Here is how it works. The really giant fish -- public intellectuals like Tom Friedman and Paul Krugman -- confer authority on the big fish of the liberal blogosphere. They do so by applauding the work of the big fish and saying that they trust them. This is a useful exchange because the big fish amplify the writings of the giant fish in the blogosphere and do the dirty work of taking down their political opponents by playing some gutter politics that the giant fish would rather not be seen playing. This has the effect of establishing the big fish as people to be listened to, not because they are necessarily right about things, but because the giant fish listen to them and the giant fish set political agendas.
Among these big fish feeding the giant fish are Joe Romm, Brad Delong, RealClimate, and there are of course many others, but these are the ones I have first-hand experience with (lucky me). Each of these professionals has great potential to positively influence policy debates in positive ways. Instead they all actively have chosen to engage in pretty embarrassing and unethical behavior that caters to tribal, echo-chamber politics. Their behavior is not only a poor reflection on them as individuals but it serves to intensify partisan splits and actually work against effective policy making, as has been written about by Cass Sunstein and Clive Crook.
What do I mean when I say that they engage in embarrassing and unethical behavior? For instance, their blog etiquette is simply a disgrace, especially for people who claim to be professional, e.g., they each disallow substantive comments that they disagree with, either from me or from those supporting things that I have said. To provide an example, yesterday after I had accused DeLong of deleting comments from his blog he protested vehemently to me by email that:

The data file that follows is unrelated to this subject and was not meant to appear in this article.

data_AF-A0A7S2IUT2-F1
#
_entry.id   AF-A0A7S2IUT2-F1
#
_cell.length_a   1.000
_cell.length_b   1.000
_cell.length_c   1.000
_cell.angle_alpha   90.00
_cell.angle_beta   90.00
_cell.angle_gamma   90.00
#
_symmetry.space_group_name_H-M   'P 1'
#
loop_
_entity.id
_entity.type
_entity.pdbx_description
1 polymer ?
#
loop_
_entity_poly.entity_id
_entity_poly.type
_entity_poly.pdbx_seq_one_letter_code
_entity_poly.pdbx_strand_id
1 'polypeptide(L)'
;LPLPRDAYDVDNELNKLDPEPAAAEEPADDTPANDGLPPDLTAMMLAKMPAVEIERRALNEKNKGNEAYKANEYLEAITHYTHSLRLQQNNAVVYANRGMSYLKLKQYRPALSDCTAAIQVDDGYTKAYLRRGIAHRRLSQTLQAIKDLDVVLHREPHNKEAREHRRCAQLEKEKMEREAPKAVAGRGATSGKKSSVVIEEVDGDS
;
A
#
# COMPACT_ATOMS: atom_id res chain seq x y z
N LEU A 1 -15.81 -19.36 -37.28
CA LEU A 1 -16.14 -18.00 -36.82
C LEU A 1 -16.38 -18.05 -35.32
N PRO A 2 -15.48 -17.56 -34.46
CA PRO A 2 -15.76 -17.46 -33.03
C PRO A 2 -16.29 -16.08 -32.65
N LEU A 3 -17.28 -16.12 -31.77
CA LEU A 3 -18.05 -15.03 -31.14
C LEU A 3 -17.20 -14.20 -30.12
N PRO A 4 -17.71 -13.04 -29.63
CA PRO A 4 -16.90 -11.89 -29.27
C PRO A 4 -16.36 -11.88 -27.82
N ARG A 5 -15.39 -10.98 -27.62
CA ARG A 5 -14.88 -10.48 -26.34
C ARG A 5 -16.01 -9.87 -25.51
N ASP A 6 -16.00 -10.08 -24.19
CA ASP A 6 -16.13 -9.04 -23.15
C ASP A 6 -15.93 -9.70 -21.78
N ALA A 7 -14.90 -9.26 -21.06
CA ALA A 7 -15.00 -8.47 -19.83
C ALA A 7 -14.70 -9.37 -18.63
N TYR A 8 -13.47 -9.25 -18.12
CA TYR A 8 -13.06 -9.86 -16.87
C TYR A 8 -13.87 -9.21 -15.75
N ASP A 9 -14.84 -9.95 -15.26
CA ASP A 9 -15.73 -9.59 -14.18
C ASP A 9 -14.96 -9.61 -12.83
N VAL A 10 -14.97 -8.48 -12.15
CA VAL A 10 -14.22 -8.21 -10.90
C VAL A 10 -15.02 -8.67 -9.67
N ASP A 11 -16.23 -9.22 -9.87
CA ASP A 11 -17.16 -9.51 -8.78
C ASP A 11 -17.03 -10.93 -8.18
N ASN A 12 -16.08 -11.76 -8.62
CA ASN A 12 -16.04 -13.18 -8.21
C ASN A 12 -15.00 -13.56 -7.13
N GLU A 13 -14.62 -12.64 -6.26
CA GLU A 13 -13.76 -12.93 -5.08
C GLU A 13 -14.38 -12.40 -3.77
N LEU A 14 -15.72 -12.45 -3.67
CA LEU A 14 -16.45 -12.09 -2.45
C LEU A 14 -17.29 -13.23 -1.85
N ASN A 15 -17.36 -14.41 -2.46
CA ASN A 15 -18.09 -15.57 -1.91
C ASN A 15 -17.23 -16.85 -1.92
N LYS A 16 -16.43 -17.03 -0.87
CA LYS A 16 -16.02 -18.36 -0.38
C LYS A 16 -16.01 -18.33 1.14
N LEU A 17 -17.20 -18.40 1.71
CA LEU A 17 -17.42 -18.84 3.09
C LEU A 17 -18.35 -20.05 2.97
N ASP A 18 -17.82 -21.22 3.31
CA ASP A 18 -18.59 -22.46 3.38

My default is that everyone's comments are automatically published. (I do prune them later, if I think they are actively misleading. But I don't refuse to post.)The screen shot below from DeLong's blog last evening (taken by an observer and sent to me by email this morning, thanks D!), do the comments look "actively misleading" to you? They are polite and on point. Yet they were immediately deleted by DeLong. Several other similar comments were "pruned" as well. Hey, it is DeLong's blog and he can run it like he wants, but to put forth a bald lie and then accuse me of "insanity" for pointing out that he actually deletes comments (when he does) takes chutzpah.
In the case of Romm and Delong they also engage in outright lies and character assassination. Neither links to my own words on my blog, apparently afriad of what might happen if people view what I have to say directly, rather than their cartoonish caricatures. Gavin Schmidt of Real Climate contacted my university once and demanded that they sanction me for opinions that he did not like on my blog, under a vague threat of harm to reputation. Joe Romm has ordered the media not to talk to me (given the response, I assume that the folks who listened to him were the same folks who feed him quotes;-). What is even more disturbing is how these folks interact on a personal level. I was completely taken aback by the unprofessional email responses I received from Brad DeLong yesterday. I have occasionally seen faculty members throw hissy fits in a faculty meeting, but never have I seen the degree of unprofessional behavior displayed routinely by professionals in the liberal blogosphere. What is with these guys?